Latin American PE firms are focused on growth and hands-on partnerships with entrepreneurs to transform companies into market leaders.
Private equity (PE) investors have come out of the recession with a renewed focus on organic revenue growth, applying a more entrepreneurial mindset to working with their portfolio companies.
To uncover how value creation is achieved in the emerging markets, we teamed with Emerging Markets Private Equity Association (EMPEA) to produce this inaugural emerging markets study. What we discovered is that private equity in the rest of the world is evolving to better resemble the model in the emerging markets.
PE firms are focused on growth and hands-on partnerships
In the Latin American exits we studied, PE firms are focused on growth and hands-on partnerships with entrepreneurs to transform companies into market leaders, and this approach is yielding strong results. While styles and strategies varied, what the exits nearly all had in common was that organic revenue growth was the primary driver of EBITDA (earnings before interest, tax, depreciation and amortization) growth and returns.
In every deal analyzed, taking advantage of Latin America's impressive macroeconomic growth was a key feature of the investment thesis. Buying well in such an environment is key — leveraging local teams and proprietary channels to find future market leaders in fast growing but often highly fragmented industries.
Nearly three quarters of the deals we analyzed were sourced from private sellers, and two-thirds came either through the network or via active tracking of the sector. Just 20% were acquired through auctions. In finding the next market leader, PE buyers seek companies that can take advantage of demographic trends, such as rising consumer spending, or address bottlenecks to growth, such as infrastructure.
Value creation approaches in Latin America
Entrepreneurial approaches are another defining characteristic of value creation approaches in Latin America deals. In many cases, the investment thesis hinges just as much on the potential for close alignment with incumbent management and the opportunity to transform the business model.
Unlike in the North American and European markets, PE buyers in Latin America place more emphasis on improving the core business and preparing and strengthening management to ready companies for exit than on optimizing the capital structure. Enhanced financial discipline and corporate governance is the baseline in every deal, achieved through the installation of CFOs and controls and board-level engagement.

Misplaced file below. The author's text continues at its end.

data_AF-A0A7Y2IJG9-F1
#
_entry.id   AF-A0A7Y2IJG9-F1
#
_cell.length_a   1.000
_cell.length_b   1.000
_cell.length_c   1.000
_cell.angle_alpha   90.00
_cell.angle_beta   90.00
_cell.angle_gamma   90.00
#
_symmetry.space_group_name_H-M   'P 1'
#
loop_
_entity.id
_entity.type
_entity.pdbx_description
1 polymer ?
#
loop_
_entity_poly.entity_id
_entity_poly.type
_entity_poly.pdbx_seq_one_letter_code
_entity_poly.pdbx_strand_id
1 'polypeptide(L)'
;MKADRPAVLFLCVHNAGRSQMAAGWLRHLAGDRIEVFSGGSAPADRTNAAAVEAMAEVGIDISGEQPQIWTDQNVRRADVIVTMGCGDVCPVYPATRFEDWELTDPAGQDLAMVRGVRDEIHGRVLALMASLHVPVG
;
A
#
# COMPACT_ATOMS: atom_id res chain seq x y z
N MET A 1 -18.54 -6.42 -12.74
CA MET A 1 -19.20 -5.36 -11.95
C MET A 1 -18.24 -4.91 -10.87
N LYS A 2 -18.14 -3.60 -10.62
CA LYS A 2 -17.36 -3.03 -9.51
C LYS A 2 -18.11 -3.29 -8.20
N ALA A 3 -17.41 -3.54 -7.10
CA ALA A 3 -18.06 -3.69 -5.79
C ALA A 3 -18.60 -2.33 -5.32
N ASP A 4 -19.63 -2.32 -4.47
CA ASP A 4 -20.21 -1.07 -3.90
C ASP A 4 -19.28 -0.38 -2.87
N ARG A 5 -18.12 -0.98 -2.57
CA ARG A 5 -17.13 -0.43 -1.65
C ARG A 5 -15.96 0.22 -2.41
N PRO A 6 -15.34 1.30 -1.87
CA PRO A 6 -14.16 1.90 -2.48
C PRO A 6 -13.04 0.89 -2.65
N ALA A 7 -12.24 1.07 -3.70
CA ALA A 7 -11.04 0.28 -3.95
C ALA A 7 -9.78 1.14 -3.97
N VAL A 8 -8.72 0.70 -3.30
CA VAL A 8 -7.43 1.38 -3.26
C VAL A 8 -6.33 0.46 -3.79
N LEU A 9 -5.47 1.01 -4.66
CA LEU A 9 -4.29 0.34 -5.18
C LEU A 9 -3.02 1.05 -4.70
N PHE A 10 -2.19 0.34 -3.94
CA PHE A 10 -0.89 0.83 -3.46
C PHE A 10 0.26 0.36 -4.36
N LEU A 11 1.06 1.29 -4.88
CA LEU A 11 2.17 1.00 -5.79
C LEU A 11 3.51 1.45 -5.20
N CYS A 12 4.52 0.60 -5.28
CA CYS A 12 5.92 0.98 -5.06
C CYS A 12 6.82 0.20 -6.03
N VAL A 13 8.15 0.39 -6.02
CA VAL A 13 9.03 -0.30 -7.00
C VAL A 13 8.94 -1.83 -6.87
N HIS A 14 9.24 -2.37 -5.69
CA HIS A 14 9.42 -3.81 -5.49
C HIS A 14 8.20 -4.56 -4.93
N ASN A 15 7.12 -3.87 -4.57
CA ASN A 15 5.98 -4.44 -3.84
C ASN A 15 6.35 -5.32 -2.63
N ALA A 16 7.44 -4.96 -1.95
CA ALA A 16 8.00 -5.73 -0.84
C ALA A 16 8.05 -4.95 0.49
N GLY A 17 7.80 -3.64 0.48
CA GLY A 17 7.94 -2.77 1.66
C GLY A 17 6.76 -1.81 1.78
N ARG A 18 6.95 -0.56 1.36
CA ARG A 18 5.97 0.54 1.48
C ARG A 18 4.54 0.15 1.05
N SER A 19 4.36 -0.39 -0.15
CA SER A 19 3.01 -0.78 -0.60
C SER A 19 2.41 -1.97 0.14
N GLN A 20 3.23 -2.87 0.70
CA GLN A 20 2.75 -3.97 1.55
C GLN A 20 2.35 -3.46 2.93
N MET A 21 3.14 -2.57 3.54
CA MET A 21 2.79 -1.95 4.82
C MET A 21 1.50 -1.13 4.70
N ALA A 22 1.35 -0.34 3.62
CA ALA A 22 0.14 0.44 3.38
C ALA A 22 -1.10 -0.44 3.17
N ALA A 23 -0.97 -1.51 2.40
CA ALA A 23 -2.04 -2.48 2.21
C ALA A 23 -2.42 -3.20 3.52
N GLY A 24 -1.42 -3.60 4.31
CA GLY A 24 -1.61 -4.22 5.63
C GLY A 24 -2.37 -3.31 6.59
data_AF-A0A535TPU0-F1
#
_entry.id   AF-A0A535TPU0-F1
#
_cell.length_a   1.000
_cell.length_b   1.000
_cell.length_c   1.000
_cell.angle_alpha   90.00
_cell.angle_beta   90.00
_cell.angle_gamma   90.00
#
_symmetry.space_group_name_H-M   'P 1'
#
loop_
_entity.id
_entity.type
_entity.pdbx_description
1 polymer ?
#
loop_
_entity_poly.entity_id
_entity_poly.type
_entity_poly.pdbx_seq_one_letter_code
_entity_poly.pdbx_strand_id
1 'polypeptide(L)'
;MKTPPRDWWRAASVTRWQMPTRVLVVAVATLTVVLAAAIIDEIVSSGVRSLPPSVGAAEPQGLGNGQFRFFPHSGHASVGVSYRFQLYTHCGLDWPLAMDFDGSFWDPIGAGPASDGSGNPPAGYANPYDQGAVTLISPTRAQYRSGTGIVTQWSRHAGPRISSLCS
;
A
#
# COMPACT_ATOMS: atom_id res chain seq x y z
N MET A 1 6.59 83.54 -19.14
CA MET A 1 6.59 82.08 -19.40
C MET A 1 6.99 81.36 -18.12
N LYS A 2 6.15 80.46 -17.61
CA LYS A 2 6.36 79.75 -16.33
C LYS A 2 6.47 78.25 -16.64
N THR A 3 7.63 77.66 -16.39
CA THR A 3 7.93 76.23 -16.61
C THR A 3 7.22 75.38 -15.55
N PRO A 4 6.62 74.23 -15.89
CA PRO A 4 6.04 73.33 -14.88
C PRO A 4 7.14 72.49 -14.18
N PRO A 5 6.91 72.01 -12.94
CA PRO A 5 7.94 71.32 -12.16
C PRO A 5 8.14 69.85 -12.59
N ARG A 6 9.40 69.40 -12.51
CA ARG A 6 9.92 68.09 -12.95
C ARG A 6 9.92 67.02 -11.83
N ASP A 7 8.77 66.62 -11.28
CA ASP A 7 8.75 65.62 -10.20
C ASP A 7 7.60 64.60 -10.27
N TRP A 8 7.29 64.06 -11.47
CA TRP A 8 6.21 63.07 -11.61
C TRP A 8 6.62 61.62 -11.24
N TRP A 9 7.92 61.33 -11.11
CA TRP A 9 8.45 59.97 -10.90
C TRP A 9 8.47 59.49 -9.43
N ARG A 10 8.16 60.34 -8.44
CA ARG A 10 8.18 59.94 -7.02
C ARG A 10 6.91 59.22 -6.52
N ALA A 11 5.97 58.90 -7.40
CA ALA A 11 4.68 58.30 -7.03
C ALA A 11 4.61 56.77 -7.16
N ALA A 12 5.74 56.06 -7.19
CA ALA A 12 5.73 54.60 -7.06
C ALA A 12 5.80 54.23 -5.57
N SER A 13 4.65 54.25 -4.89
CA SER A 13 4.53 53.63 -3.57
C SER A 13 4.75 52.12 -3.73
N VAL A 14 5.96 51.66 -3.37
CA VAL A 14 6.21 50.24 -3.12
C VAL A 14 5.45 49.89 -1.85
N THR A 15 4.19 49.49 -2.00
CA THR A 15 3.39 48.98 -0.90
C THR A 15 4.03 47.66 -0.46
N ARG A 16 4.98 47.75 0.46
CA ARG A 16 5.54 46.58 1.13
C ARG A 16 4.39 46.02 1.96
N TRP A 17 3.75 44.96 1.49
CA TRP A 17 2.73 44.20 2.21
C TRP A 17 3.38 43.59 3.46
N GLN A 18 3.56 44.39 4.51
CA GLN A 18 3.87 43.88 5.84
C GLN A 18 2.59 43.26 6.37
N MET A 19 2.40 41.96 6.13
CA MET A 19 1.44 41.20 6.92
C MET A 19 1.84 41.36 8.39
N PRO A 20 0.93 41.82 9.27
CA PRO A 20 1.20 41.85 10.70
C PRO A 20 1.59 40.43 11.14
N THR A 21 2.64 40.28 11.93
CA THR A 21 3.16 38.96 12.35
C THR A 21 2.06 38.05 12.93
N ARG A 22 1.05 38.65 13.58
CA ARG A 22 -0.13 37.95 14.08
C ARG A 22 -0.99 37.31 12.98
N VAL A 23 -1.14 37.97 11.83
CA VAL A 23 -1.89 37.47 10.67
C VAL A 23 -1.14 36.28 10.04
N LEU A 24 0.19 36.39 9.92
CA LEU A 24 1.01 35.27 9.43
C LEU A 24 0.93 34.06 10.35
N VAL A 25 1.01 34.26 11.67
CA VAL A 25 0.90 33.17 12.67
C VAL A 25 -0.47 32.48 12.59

Partnering with management
Even where the PE buyer is a minority investor (in the majority of deals), these are the key areas through which influence is vital, achieved through incentives and rights negotiated in the term sheet. This approach to partnering with management to drive growth and professionalize the business nearly always includes a value creation roadmap, always of at least 100 days, and often longer.
Implementation of these plans draws on the GP's network to tap new or cheaper sources of finance and strategic advisors to set direction and implement strategies. PE buyers make use of their own teams to complement the bench strength of their investees.
This may take the form of a senior PE partner or deal team member acting as interim CEO, or even as CFO for the life of the investment. In other cases, senior PE partners engage solely at the Board level, but do so intensely.
Strong alignment with management from the outset befits the current exit modalities in the region. Most exits are sales through private channels, often a buyer identified on entry or attracted by enhancements made through the PE partnership.
IPOs typically play a very specific role in the investee's growth trajectory and were often identified at the outset as the preferred mode of exit.
PE in Latin America shows continued growth
Continued growth of private equity in Latin America will naturally stress this growth-focused, hands-on model and create some opportunities for innovation and evolution. Robust economic growth and the overall good health of their portfolios have enabled PE firms to be highly effective with lean, generalist teams.
There are few examples of firms with dedicated portfolio staff or operating partner networks, practices that have recently emerged among US and European PE firms preparing for future downturns. As flows of new capital to the Latin American markets put more pressure on valuations even as growth rates begin to slow, it will be critical for PE buyers to shore up their advantages and in some cases reposition to other market segments as a defensive measure.
Finally, our sample points to a gap in the Latin American market today, with secondary sales to PE buyers comprising only 5% of exits. With investor interest in Latin America showing no signs of slowing, there is a need to build towards a more cohesive ecosystem in which the middle market and the buyout segment not only coexist but enhance the overall scale and quality of the investable universe.
PE has yet a larger role to play in supporting economic and entrepreneurial growth in Latin America.